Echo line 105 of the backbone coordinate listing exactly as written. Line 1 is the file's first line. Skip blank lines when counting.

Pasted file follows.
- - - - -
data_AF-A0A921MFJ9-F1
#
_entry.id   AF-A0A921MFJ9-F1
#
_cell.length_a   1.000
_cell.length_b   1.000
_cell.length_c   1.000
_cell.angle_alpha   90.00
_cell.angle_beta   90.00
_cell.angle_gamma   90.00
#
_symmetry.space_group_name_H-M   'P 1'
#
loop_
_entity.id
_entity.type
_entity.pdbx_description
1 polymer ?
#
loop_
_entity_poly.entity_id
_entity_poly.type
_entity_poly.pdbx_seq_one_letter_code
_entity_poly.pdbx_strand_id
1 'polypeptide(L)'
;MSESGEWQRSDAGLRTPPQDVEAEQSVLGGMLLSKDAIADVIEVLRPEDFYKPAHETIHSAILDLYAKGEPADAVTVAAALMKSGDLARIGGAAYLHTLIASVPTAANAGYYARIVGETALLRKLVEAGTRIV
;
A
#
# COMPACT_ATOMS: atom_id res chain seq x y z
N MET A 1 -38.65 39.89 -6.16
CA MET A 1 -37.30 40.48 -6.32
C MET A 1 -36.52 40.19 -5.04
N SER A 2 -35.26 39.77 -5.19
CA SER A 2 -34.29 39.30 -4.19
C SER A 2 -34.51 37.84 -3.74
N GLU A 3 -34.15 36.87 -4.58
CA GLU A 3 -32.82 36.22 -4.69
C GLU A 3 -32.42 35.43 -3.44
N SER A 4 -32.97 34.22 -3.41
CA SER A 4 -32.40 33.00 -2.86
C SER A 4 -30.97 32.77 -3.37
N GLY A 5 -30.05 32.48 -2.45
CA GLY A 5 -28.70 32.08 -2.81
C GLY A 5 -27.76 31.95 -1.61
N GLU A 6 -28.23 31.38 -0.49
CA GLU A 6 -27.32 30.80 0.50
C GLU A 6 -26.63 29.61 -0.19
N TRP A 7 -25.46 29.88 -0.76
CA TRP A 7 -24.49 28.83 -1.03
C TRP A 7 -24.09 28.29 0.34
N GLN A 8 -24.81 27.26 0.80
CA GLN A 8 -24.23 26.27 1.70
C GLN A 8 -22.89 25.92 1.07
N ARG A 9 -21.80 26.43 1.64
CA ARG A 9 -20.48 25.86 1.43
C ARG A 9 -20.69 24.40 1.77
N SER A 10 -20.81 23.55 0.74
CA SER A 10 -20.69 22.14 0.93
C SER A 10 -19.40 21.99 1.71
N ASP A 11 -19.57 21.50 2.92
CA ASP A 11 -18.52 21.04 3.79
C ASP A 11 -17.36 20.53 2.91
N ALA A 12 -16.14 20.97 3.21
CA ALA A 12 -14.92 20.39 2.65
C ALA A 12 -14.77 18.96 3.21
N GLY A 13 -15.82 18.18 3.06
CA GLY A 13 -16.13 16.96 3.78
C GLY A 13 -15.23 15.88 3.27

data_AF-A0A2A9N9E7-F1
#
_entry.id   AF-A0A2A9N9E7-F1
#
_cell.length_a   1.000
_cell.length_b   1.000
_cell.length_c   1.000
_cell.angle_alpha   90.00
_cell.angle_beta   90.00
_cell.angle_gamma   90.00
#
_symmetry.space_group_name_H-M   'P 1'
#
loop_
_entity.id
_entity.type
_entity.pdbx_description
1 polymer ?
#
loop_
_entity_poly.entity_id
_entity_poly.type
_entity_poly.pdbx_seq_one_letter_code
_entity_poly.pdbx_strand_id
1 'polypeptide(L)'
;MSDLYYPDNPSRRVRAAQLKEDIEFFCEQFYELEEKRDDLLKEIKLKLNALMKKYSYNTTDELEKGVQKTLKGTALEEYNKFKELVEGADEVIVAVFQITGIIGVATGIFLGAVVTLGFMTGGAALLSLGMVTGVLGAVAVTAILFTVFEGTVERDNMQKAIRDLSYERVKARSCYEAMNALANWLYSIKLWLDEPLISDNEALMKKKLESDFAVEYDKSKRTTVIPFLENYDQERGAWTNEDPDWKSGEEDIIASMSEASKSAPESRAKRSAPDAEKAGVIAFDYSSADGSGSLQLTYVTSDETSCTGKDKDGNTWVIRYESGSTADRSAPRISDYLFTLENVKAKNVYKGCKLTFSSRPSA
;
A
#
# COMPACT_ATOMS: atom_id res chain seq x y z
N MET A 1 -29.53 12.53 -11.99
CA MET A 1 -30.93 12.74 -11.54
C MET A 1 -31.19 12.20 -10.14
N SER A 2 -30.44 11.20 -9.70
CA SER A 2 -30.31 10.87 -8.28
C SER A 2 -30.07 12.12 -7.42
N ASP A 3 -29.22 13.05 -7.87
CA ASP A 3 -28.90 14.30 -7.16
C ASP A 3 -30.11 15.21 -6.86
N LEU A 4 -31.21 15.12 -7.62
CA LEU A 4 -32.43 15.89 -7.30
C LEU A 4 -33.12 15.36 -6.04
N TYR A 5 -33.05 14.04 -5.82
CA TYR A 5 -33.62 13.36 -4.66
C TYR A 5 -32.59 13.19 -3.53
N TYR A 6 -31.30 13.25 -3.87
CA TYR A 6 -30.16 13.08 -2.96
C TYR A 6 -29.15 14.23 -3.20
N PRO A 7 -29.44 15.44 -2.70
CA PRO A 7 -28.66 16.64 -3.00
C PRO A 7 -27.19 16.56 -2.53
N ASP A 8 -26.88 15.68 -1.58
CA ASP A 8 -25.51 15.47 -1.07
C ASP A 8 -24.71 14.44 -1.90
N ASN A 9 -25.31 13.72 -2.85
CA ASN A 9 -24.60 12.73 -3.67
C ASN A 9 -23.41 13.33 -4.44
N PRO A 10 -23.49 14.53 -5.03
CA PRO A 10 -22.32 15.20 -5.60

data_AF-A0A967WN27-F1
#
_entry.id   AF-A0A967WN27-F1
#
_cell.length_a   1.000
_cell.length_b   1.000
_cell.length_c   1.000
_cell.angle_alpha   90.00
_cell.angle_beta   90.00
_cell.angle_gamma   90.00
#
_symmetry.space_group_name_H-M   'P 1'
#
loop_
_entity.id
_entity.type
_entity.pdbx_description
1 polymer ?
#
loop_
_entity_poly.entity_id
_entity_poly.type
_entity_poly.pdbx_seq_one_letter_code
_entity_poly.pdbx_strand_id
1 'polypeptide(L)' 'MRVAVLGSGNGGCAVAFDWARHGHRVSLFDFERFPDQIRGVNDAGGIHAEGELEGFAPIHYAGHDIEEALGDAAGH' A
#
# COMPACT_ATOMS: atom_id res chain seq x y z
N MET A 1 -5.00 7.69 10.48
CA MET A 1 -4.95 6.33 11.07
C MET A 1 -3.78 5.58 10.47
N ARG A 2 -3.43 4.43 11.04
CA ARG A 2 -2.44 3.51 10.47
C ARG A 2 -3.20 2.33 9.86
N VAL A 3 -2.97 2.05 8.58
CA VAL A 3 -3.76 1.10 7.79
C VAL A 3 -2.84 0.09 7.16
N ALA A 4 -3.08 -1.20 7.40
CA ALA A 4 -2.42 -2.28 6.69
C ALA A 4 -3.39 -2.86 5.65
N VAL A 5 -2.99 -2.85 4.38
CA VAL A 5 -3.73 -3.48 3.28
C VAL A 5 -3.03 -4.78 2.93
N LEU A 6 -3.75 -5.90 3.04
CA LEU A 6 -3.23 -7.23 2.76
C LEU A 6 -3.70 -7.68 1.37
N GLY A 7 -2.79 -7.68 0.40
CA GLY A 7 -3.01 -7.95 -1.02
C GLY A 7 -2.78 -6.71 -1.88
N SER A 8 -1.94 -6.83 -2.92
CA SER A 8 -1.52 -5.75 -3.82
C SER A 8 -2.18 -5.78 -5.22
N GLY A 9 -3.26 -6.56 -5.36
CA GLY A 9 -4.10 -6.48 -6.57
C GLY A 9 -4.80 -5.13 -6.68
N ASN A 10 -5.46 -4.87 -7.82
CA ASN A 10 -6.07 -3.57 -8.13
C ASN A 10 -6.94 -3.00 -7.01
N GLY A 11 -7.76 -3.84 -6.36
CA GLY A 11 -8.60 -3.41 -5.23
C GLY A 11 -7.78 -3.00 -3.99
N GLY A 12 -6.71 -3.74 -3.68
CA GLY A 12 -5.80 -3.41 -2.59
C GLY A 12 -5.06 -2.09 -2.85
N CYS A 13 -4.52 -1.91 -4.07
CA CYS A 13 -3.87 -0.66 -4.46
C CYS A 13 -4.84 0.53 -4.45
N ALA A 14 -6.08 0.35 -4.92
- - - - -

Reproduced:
C SER A 2 -30.07 12.12 -7.42